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The Best Party and Jón Gnarr

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“Stop corruption: We promise to stop corruption. We’ll accomplish this by participating in it openly.” Now that’s a political promise I can believe in! It’s just one of the excellent items in the platform of The Best Party, led by Reykjavík’s Jón Gnarr.

Jón Gnarr at the 2011 naming of the Reykjavík Tree… possibly yawning. [Photo by Helgi Halldórsson]

For most of his career, Jón Gnarr was an Icelandic comedian and writer. He went by the name of “Jónsi Punk” when he played bass in a band called Runny Nose. And now he’s mayor of the capital.

Before the 2010 elections, the Best Party openly described themselves as a joke. So why would Iceland vote them into power? The better question is, why not? The country was still recovering from a horrendous financial crisis, brought about when “serious” political parties deregulated the banking system, and Icelanders were completely disillusioned with politics.

Enter the comedian. The Best Party lampooned traditional politics, imitating the hypocrisy and bullshit inherent in every party platform to hilarious effect. “Free bus rides for students and cripples” they promised, going on to explain: “We can offer more free things than any other party because we aren’t going to follow through with it. We could say whatever we want. For example, free flights for women or free cars for people who live in rural areas. It’s all the same.”

For the municipal elections, the Best Party promised Reykjavík a polar bear at the city zoo and an Icelandic Disneyland. And they won, to the surprise of everyone, especially those in the establishment. Jón Gnarr became mayor and immediately began trailblazing a new path for public office. He would show up for official events dressed as Obi Wan Kenobe, and lead the city’s gay pride parade dressed in (frankly, very tasteful) drag.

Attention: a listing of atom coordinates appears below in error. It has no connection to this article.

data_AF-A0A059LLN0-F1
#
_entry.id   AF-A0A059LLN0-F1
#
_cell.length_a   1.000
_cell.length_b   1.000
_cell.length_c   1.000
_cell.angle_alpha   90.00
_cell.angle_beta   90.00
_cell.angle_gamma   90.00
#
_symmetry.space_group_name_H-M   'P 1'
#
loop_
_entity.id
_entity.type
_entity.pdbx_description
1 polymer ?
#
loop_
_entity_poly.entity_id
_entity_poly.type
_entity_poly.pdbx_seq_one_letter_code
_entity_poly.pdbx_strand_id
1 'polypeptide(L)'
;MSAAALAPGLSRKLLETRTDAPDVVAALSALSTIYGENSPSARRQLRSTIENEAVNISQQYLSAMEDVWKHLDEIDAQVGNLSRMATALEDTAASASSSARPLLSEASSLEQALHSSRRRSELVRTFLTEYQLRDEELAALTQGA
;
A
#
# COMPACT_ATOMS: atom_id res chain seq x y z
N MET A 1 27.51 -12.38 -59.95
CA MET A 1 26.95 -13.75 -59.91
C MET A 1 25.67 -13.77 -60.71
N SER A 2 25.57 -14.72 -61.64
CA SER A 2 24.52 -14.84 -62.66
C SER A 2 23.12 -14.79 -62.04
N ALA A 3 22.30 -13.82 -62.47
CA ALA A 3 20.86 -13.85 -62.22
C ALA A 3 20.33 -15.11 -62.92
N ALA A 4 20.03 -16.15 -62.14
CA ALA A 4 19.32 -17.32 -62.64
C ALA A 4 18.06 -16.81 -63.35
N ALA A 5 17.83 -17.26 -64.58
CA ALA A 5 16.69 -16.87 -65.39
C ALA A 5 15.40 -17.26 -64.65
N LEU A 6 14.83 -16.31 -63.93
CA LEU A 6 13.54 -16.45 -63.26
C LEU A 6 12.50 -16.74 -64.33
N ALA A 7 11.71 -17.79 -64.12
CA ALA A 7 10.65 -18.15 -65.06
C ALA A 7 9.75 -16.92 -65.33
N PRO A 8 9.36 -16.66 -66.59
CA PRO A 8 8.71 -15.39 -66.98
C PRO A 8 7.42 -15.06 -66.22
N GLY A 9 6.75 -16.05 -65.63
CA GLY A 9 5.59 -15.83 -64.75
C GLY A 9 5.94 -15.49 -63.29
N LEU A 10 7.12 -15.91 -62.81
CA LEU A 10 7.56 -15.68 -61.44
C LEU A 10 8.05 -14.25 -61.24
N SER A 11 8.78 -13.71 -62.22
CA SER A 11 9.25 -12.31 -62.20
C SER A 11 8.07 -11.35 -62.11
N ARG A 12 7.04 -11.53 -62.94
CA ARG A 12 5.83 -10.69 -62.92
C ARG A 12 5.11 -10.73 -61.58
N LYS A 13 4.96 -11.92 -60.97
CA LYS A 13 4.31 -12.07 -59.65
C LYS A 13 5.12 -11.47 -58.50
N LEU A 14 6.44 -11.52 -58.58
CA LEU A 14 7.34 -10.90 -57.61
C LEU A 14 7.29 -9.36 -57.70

But he’s not a joke. Despite treating his office with the irreverence it probably deserves, he’s spoken out about a number of serious issues. In 2013, he urged Reykjavík to cut ties with Moscow over Russia’s horrific record on gay rights, and has also gone up against China’s human rights record.

Perhaps Jón’s biggest accomplishment as mayor is returning a dose of reality to politics. Turns out there’s another way than the double-speak and institutional corruption most of us have come to identify as “normal”. Maybe it takes a punk rocking atheist comedian to remind us of that.

[Read this great interview with Mayor Jón in the Reykjavík Grapevine, conducted shortly after his win.]

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August 20, 2013 at 6:31 pm
2 comments »
  • January 1, 2016 at 4:18 amJoe Kulik

    Having just read the interview with Jon Gnarr that you suggested, I am Quite surprised.  Your blog’s references to Gnarr make him sound like a Big Joke, and I suppose that is an aspect of his public persona. But in this interview, Gnarr reveals himself to be a very deep thinker, and a Very enlightened and progressive politician who is about to enact some heavy duty positive changes as newly elected mayor of Reykjavik.  That interview, along with your description of his more comedic side, really makes me want to research this man more and find out how his term in office worked out.  Gnarr is a VERY Heavy Duty Far out Dude, man !!!


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The Best Party and Jn Gnarr "Stop corruption: We promise to stop corruption. We'll accomplish this by participating in it openly." Now that's a political promise I can believe in! It's just one of the excellent items in the platform of The Best Party, led by Reykjavík's Jón Gnarr.
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